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From the desk of:

 

“The greater the risk the greater the potential reward.” But what if you miss?

When I was a young teenager, my dad gave me a fifty-cent piece to go to the store to buy him a pack of cigarettes. They were $.35 per pack.  I am dating myself in two ways.  The cigarette prices and the fact that an underage child could buy them.  Anyway, I wanted the fifty-cent piece because I had never had one.  Since I did have $.35, I bought the cigs with my money and put the fifty-cent piece in my pocket. When I gave dad his cigarettes, he asked for his change.  I told him I didn’t have his change.  He made me to give him his fifty-cent piece. The lesson that this taught me:

  • Think things through; what is the worst that could happen? If you can live with the worst potential outcome, then go ahead and risk.
  • Do not assume benevolence, even from you father. What’s right is right, and it can (and sometimes will) be enforced.
  • Don’t be undercapitalized. Count the cost, then add some reserve. Too many businesses do not have reserves or staying power to ride out a storm. One glitch or downturn and you are done.

 

I have seen tiny house builders use up all their savings, including retirement, to start a tiny house endeavor. They either run out of funds before completion; or get the house completed with the hope and expectation of taking the home to one tiny house show then selling it for a handsome profit.  After a couple of shows and no sales the builder ends up going out of business.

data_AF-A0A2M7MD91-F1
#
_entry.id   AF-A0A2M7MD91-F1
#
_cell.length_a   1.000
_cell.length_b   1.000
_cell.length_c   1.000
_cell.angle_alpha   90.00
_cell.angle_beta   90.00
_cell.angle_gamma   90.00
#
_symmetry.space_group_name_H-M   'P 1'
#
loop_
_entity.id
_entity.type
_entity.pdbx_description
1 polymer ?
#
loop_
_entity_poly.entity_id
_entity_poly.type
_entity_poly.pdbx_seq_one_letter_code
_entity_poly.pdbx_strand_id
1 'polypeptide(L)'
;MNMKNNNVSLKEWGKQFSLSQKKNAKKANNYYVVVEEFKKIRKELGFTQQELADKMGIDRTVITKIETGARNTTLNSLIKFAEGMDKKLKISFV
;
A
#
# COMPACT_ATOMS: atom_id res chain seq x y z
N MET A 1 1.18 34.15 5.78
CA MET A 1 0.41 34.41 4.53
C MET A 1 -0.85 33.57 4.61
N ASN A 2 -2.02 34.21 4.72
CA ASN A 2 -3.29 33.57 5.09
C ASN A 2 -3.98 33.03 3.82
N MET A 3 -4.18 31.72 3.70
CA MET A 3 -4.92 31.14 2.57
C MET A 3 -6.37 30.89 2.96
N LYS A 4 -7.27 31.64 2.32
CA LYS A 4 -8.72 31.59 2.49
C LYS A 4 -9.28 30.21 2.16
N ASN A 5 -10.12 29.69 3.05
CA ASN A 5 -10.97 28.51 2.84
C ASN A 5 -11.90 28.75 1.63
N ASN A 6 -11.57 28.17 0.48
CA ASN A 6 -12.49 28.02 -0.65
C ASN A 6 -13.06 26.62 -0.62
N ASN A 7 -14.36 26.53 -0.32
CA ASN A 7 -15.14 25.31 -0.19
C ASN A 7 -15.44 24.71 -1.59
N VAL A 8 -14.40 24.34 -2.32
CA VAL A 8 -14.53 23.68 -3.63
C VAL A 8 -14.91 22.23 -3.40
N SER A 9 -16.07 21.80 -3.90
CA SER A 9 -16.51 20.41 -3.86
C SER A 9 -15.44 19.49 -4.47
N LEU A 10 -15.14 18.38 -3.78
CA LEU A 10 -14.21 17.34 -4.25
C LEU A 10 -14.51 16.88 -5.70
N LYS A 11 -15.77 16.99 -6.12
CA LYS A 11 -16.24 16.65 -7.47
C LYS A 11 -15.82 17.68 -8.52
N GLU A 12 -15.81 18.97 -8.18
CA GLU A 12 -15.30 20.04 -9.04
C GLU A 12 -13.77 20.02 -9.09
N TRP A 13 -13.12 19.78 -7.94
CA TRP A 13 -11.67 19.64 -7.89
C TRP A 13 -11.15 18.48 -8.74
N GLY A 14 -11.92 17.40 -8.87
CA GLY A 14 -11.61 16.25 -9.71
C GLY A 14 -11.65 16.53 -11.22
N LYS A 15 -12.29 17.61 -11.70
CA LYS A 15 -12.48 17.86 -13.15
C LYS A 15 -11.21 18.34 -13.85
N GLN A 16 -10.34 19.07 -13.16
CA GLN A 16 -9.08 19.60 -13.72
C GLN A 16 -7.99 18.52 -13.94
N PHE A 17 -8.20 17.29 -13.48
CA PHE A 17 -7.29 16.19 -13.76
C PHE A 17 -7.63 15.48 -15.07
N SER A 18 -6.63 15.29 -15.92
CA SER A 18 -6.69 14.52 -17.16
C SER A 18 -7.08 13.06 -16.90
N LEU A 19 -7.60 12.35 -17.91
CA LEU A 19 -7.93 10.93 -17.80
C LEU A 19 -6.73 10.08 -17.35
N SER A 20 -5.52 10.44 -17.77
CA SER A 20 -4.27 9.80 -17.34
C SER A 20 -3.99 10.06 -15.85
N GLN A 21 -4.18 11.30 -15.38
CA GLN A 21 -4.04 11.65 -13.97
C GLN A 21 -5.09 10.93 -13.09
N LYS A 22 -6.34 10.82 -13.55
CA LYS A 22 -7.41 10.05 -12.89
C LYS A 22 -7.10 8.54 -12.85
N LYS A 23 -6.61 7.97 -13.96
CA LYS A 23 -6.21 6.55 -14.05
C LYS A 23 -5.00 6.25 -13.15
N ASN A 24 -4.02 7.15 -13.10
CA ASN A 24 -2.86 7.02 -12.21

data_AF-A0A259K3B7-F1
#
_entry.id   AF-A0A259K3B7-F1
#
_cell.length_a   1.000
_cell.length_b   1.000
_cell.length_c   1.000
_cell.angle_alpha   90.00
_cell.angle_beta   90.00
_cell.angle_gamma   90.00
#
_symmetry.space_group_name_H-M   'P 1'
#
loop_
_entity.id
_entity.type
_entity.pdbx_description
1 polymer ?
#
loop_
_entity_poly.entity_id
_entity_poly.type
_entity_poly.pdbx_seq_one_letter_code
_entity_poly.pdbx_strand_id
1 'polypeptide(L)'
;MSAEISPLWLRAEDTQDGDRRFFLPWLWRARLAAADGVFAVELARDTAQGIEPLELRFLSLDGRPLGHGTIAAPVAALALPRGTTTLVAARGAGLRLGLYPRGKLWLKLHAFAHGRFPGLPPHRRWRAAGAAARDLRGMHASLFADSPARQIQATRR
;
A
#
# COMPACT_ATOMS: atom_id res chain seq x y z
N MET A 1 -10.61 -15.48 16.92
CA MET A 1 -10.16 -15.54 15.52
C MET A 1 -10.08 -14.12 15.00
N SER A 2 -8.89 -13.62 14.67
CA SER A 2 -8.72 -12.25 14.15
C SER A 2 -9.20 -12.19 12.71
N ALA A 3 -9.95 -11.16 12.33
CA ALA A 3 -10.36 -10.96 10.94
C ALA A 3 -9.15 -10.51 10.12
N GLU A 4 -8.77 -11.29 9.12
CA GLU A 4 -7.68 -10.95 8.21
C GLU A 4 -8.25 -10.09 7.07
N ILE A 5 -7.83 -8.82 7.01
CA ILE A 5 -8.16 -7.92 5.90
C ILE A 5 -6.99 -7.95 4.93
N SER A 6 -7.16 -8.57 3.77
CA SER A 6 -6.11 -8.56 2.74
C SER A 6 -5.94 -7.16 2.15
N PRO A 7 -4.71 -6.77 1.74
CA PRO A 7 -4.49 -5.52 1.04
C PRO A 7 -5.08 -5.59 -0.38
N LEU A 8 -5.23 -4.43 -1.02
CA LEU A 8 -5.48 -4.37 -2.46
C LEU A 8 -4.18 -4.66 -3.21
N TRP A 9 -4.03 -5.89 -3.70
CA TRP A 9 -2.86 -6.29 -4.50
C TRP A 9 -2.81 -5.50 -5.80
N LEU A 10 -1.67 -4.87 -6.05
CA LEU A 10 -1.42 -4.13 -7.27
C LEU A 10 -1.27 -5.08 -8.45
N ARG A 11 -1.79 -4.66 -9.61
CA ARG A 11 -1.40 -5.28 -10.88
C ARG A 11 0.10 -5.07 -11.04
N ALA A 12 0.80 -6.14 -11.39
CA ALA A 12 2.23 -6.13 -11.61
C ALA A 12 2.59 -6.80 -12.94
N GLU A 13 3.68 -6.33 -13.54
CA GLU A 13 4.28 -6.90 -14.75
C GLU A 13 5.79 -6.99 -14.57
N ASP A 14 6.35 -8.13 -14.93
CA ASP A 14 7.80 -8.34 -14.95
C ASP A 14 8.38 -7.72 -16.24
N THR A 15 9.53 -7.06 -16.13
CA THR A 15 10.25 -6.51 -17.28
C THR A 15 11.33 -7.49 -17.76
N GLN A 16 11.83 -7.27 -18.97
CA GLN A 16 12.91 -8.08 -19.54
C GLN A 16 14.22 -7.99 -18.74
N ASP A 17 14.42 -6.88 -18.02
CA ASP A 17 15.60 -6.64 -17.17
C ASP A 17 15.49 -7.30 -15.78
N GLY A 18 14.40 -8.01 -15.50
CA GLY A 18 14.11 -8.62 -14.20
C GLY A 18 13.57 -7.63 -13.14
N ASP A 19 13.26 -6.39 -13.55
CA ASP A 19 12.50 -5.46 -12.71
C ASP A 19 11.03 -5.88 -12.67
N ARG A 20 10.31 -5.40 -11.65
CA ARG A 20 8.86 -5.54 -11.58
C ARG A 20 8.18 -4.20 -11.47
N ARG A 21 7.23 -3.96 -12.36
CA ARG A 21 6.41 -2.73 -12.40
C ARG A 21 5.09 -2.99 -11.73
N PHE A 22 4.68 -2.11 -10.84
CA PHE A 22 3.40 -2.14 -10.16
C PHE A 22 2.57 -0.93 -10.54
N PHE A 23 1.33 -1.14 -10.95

Jim Collins in his book Great by Choice, tells a story of firing Cannonballs or bullets.  Imagine being at sea and a hostile ship is bearing down you. You have a limited amount of gunpowder; so, you take all the powder and use it to fire your biggest gun…only to discover that you missed it by 40°.

The better approach is to fire bullets.  When the first bullet misses by 40° fire another, it might miss by 30°, then 20 then 10 and then finally, a hit!  Now, you take the rest of your gun powder and fire the cannon ball which hits your mark.

 

A tiny house manufacturer would be wise to shoot a few bullets.

  • Go to a few shows and see what others are building.
  • Talk to some manufacturers how are sales.
  • What is the demographic for people wanting tiny houses?
  • How big is the market for tiny houses?
  • What would my cost be to build, also, including holding costs?

 

I recently talked with a Tiny House manufacturer who is now doing well in the tiny house business. He told me “if I didn’t have the staying power with reserves, when I started, I wouldn’t have made it long-term in the Tiny House manufacturing business.”

 

In business especially in startups you often make mistakes trying to see what works. If you make a mistake with too big of a cannonball, and don’t have any reserves for another shot you may end up going out of business for lack of staying power.

 

“Differed Hope makes one discouraged.” One way to not get discouraged is to have low and realistic expectations. What is the worst that could happen? And have extra in reserve to ride out a mistake or glitch.

 

Are you firing Cannonballs or bullets?

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